Why do Mercedes-Benz EVs evaluate it as a “failure” overseas?
German automakers are struggling in the electric vehicle market. Foreign media reports say that it is still difficult to evaluate as successful compared to a huge goal.
Automotive News, a media outlet specializing in automobiles, recently reported that Volkswagen and Mercedes’ “electric vehicle ambitions” have faced difficulties. They announced bold electrification goals, but they have not yet achieved them.
According to the media, Mercedes-Benz has announced that it will target the high-end electric vehicle market in China. It plans to switch its portfolio to electric vehicles as much as possible by 2030 and expand its position in China’s luxury car market.
The same goes for Volkswagen, which announced its grand plan in the same goes for Volkswagen. Volkswagen has announced a plan to invest the industry’s best funds in R&D for electric vehicles.
But the results are not good enough. For now, Mercedes-Benz cut the price of its large flagship sedan EQS EV by about $33,000 in China. This is because it misjudged the market. Volkswagen also said it plans to delay its major Trinity flagship electric vehicle project for at least two years.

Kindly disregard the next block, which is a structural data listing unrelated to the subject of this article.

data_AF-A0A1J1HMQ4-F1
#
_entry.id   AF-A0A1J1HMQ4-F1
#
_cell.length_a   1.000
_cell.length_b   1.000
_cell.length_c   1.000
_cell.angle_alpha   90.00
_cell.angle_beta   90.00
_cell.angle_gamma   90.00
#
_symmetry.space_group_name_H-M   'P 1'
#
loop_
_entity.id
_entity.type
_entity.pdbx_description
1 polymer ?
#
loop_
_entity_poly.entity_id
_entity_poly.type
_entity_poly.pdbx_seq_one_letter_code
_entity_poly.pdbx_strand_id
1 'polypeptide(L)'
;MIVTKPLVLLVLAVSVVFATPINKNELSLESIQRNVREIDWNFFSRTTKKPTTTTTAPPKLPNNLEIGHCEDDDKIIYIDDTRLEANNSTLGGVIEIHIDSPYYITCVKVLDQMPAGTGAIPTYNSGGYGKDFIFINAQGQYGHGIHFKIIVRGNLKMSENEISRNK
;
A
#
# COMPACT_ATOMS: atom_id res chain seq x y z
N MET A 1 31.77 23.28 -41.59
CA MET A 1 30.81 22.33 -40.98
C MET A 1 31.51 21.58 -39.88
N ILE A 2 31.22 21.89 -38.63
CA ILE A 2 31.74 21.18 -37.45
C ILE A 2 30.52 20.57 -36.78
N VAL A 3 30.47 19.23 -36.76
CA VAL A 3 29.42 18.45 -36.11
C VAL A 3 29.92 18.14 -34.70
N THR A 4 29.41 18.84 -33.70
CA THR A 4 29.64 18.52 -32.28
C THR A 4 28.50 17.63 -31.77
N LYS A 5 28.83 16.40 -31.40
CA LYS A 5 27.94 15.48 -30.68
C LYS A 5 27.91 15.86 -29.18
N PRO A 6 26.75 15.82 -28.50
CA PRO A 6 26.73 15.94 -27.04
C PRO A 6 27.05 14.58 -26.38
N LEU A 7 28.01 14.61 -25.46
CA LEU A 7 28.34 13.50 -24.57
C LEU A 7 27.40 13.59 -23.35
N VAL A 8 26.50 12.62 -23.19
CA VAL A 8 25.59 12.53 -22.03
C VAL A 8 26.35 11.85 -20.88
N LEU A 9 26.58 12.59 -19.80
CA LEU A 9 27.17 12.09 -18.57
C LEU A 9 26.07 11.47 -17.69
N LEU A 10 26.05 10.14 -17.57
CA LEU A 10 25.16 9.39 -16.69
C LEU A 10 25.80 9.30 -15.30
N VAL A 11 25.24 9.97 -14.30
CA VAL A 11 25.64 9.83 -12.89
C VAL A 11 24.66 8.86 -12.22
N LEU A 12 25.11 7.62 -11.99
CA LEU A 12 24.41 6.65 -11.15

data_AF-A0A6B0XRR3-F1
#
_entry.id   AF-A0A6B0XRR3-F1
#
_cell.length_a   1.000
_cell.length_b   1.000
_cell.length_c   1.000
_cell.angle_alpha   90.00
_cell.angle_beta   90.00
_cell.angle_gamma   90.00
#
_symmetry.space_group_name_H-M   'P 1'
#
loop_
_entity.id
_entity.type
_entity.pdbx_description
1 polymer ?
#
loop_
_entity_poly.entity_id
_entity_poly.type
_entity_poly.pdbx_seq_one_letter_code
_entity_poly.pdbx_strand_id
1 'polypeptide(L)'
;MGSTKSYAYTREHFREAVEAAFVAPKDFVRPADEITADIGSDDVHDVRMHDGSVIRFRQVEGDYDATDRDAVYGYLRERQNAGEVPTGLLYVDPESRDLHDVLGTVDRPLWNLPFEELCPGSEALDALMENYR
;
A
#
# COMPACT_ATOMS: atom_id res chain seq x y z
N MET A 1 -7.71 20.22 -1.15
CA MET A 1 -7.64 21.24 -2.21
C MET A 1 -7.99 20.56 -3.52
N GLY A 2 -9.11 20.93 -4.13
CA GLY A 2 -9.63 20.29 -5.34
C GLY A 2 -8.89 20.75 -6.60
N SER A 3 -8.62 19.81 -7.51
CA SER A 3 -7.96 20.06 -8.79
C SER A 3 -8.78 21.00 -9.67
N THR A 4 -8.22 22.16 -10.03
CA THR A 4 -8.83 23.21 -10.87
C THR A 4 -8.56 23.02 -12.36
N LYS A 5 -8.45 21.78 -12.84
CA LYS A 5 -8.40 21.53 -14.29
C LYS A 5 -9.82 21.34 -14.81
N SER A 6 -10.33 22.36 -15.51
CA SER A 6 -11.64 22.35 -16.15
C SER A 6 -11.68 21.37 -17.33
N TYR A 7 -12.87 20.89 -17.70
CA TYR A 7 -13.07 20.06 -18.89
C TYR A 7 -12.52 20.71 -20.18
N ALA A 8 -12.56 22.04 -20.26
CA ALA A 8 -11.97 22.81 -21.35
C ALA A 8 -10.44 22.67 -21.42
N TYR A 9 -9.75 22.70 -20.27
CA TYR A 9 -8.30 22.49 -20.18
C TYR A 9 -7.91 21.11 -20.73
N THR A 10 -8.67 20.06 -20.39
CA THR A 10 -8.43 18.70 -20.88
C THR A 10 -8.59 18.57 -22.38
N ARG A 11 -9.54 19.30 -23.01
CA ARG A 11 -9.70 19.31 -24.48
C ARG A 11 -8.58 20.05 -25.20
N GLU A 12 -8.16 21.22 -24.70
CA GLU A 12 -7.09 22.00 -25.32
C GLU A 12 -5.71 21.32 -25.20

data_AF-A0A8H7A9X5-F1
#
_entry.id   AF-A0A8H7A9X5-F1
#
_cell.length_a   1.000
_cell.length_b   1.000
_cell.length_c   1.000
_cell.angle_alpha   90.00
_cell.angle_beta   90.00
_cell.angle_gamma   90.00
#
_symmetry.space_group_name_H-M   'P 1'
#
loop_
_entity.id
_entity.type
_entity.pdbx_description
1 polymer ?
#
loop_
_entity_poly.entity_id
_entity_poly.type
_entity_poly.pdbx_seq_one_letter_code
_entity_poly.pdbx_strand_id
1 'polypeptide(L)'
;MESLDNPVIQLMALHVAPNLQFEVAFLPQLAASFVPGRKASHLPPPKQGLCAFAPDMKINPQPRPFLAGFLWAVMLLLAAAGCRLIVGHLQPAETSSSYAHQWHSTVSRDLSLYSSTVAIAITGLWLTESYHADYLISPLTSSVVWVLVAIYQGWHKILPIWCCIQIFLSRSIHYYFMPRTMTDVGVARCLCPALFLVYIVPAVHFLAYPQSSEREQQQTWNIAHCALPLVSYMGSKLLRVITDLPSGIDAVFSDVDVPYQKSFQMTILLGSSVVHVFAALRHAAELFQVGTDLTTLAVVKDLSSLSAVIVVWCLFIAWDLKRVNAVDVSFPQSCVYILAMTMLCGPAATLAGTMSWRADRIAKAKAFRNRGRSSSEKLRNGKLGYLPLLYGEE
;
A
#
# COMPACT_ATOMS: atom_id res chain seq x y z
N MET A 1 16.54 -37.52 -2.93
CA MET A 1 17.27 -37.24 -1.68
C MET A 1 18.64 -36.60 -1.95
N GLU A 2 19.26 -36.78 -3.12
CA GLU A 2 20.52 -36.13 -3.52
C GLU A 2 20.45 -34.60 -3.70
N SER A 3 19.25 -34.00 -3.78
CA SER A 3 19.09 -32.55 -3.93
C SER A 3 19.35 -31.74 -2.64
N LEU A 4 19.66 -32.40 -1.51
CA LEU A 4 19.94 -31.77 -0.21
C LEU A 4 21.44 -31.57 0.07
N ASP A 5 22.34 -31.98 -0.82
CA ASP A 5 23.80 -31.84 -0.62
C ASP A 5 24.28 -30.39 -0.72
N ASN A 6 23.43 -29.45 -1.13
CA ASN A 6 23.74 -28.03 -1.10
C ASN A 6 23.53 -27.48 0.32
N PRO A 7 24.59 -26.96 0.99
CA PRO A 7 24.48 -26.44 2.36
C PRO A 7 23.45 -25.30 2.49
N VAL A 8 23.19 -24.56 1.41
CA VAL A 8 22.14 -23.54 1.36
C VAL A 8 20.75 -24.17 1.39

In response to Mercedes-Benz and Volkswagen’s move, the media said, “German car companies trying to steal electric car crowns from Tesla have turned to failure.”
German car industries such as Mercedes-Benz and Volkswagen are spending more than 100 billion euros on next-generation electric vehicles such as electric vehicle platforms, battery factories, and software infrastructure expansion. This could be a risk signal for German cars, which are spending unprecedented amounts of money on converting electric vehicles.
Michael Dean Bloomberg Intelligence pointed out, “German automakers claim to be announcing bold electrification goals and leading the conversion, but they are not yet realized,” adding, “They still have a long way to go.”
Axel Schmidt, global director of Accenture’s automotive division, said pessimistically, “It is hard to deny that they can make good cars, but we are not sure that the 120-year-old hardware manufacturer can master the complexity and quality required for software.”
“German cars seem to be making a little mistake recently,” said Matthias Schmidt, an automobile industry analyst based in Berlin. “Internal perfectionism can be the worst enemy and slow down innovation in a rapidly changing electric vehicle environment.”